I do not understand why Walter became so upset when he found out that Mama bought a house. Respond: If the Younger family were a white family, they would definitely have less financial and social problems. Every member of the Younger family has a low paying, labor intensive job. During the time period when this was written, it was difficult for black people to find high paying jobs, considering most of them were open to white people first and foremost.
In the book, The Rise of Enlightened Sexism by Susan Douglas, gives insight and knowledge that digs deep into pop culture explaining how the media portrays the appearances of women that are in powerful positions in our culture. The appetencies tent undermines the actual progress of women. Douglas is interested in what these pop culture ideals shows about our culture. The way we react to women in our culture with powerful influence. What do these shows do to the female imagine in our culture?
Being the man of the household, Walter dreams of owning a liquor store and plans on using Lena’s money to do so. Walter is always after money and believes that the only way to succeed in life is with money. For example, when Walter is talking about the check, he says, “Mama, sometimes when I’m downtown and I pass them cool, quiet-looking restaurants where them white boys are sitting back and talking about things, turning deals worth millions of dollars, sometimes I see guys don’t look much older than me” (992).This shows how Walter wanted something more out of life and not just be a poor black man. Everyone in this family had dreams but no one supported each other dreams.
He starts off as a greedy, naive, and shallow man. A man who only cares about his dream of being an owner of a liquor store. Time goes to show how much of a naive man he is by giving the money mama gave him to his business partners who ended up taking it all for themselves. As time goes on and mistakes have been made, Walter comes to realize that his family means more to him rather than making a ton of money in which he dreams about. Without a doubt, Walter still cares about making money, but he has come to the terms that he needs to think about his actions.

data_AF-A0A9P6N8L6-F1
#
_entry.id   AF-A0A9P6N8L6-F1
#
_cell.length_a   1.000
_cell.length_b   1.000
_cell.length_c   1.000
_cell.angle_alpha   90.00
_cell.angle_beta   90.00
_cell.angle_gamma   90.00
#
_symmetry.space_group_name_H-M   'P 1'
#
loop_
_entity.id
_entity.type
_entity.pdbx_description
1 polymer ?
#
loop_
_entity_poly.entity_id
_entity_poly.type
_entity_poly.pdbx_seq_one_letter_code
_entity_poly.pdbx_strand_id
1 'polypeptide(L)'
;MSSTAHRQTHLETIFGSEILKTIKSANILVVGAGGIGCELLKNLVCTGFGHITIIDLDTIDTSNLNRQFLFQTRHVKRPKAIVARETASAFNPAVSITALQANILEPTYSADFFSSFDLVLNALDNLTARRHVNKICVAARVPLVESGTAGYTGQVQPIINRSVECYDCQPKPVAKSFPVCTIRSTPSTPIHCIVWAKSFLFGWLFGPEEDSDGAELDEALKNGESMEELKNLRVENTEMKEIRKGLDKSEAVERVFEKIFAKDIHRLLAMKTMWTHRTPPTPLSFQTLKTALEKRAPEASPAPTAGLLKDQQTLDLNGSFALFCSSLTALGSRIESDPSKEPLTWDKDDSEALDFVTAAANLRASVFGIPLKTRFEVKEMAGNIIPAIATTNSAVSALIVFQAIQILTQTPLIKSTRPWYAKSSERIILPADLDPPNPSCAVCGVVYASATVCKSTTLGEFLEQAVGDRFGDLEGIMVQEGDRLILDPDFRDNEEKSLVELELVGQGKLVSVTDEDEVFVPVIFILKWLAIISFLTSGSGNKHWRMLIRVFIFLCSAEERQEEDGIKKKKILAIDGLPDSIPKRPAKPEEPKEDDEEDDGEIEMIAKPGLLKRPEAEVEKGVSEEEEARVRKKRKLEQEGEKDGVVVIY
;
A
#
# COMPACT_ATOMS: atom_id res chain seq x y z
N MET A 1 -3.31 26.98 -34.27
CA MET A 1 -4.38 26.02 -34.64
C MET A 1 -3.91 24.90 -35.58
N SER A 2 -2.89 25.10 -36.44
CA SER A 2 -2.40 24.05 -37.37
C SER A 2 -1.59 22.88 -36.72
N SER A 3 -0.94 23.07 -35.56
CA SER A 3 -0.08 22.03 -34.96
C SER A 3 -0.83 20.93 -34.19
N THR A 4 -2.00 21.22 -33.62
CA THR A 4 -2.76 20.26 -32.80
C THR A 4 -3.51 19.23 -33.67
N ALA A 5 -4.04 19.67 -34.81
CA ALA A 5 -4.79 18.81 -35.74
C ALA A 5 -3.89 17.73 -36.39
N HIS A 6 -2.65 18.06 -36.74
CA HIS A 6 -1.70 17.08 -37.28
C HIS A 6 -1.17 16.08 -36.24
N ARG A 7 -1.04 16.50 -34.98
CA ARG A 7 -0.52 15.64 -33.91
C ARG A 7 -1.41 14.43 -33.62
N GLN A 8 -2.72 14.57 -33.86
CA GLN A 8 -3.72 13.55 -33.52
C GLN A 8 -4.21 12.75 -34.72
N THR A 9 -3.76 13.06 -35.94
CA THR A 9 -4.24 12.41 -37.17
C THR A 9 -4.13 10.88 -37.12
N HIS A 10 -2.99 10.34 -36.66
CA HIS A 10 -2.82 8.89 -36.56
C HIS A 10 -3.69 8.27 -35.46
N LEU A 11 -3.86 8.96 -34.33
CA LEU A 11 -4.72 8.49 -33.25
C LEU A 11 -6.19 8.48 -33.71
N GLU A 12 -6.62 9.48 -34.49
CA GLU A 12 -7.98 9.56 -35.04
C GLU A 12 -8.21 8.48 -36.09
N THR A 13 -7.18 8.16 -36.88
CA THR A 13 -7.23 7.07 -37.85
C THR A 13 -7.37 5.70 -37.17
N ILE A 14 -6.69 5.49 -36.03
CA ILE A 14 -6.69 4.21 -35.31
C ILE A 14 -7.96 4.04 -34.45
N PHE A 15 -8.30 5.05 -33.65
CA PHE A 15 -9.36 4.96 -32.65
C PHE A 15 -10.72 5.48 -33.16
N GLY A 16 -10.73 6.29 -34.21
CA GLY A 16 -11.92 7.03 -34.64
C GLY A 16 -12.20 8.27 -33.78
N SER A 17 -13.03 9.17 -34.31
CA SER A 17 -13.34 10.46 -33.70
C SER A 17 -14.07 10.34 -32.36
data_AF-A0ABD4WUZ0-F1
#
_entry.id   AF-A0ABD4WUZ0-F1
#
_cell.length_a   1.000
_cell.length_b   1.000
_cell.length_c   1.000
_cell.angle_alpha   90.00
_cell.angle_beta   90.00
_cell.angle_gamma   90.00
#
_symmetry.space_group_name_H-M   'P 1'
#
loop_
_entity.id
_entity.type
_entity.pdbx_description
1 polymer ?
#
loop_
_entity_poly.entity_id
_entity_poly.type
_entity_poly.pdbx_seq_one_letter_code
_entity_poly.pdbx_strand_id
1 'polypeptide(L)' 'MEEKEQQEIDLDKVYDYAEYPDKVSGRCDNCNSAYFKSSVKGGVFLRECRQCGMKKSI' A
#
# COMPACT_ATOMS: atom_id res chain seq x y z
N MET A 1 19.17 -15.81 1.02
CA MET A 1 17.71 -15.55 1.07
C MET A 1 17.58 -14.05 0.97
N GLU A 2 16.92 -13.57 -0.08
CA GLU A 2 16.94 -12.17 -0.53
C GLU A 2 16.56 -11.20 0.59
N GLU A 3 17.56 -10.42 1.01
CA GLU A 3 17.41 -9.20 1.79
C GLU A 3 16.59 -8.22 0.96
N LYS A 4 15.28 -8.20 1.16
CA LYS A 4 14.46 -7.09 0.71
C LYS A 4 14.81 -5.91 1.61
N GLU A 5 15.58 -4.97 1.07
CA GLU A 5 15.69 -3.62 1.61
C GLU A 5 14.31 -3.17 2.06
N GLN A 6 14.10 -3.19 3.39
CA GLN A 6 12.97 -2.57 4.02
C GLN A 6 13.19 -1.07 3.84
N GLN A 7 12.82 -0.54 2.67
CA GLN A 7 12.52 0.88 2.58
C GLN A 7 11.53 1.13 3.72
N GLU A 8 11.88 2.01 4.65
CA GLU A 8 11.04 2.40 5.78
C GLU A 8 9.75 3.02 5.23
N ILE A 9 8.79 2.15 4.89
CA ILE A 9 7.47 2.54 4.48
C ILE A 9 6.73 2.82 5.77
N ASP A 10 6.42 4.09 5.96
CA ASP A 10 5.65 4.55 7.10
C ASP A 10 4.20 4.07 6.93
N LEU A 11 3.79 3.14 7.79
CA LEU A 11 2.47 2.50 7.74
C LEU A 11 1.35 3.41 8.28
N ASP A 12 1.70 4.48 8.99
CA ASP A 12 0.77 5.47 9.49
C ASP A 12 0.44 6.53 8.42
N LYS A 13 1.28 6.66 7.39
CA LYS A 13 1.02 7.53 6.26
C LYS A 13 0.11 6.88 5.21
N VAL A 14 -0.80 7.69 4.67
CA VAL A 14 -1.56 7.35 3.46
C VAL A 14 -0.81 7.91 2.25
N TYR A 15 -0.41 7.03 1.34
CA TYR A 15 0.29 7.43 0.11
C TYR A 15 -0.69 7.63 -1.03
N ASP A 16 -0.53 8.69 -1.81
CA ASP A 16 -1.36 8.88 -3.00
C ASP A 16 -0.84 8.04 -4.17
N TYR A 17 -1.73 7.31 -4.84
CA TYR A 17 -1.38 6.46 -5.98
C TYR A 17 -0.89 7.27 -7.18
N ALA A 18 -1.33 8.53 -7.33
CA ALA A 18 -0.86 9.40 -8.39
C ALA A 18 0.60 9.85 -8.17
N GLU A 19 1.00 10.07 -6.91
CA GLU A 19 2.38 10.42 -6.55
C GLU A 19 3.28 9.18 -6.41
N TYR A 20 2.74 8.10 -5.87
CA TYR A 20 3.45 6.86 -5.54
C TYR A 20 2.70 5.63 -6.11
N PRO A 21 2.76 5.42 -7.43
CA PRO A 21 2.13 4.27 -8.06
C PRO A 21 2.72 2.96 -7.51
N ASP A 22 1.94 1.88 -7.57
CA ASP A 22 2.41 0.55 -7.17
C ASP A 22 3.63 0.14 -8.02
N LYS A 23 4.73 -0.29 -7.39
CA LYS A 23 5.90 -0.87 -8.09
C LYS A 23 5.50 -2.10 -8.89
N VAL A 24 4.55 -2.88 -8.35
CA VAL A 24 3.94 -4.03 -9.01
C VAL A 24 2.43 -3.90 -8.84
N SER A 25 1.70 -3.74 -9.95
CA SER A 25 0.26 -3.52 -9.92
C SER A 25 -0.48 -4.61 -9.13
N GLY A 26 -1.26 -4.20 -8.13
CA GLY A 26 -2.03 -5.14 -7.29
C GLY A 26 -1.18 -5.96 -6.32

At first walter wanted to take Mr.Lindner's offer because it was a way of getting back the money that he lost. It was a struggle for him to decide. Keep the house and allow his family to live comfortably in a larger place or take the money and start from square one again. Mama allows him to take the executive order and decide what would be best for the family. “ and we have decided to move into our house because my father - my father - he earned it for us brick by brick.”
Mama made a decision that put Walter in charge of the remaining money, however she did not know that this decision might not have been the best for the Younger family. Walter was hesitant in taking the money, but Mama reassures Walter by saying, "I ain't ever stop trusting you" (Hansberry 546). This line from Mama foreshadows the possibility that Walter will not obey her and do something foolish with the money. Walter proves this foreshadowing as he is talking to Travis and says, "... your daddy's gonna make a transaction... a business transaction that's going to change our lives" (Hansberry 547).
The racism and sexism being shown in the Raisin in The Sun demonstrates that the matrix of domination is in play. In the book, Beneatha is an African-American woman who is battling not only racism, but also sexism. She battles racism by attending medical school during the civil right movement era and she battles sexism at home with her brother Walter, and being told to marry George Murchison. In the text Walter says “We one group of men are tied to a race of women with small minds” (Hansberry, 35). In this quote he not only degrades the woman, but he degrades the African American woman.
He wants to be a businessman and own a liquor store. He wants to be able to provide for his family and give them what they have never had. Walter also wants to take his mother’s position as the head of the house and make the financial decisions for the family. Walter can be seen as selfish as instead of putting the money for him and his sister in the bank he uses it all and loses it trying to fulfill his own dreams with no regard to his sister’s dreams or the rest of the family’s.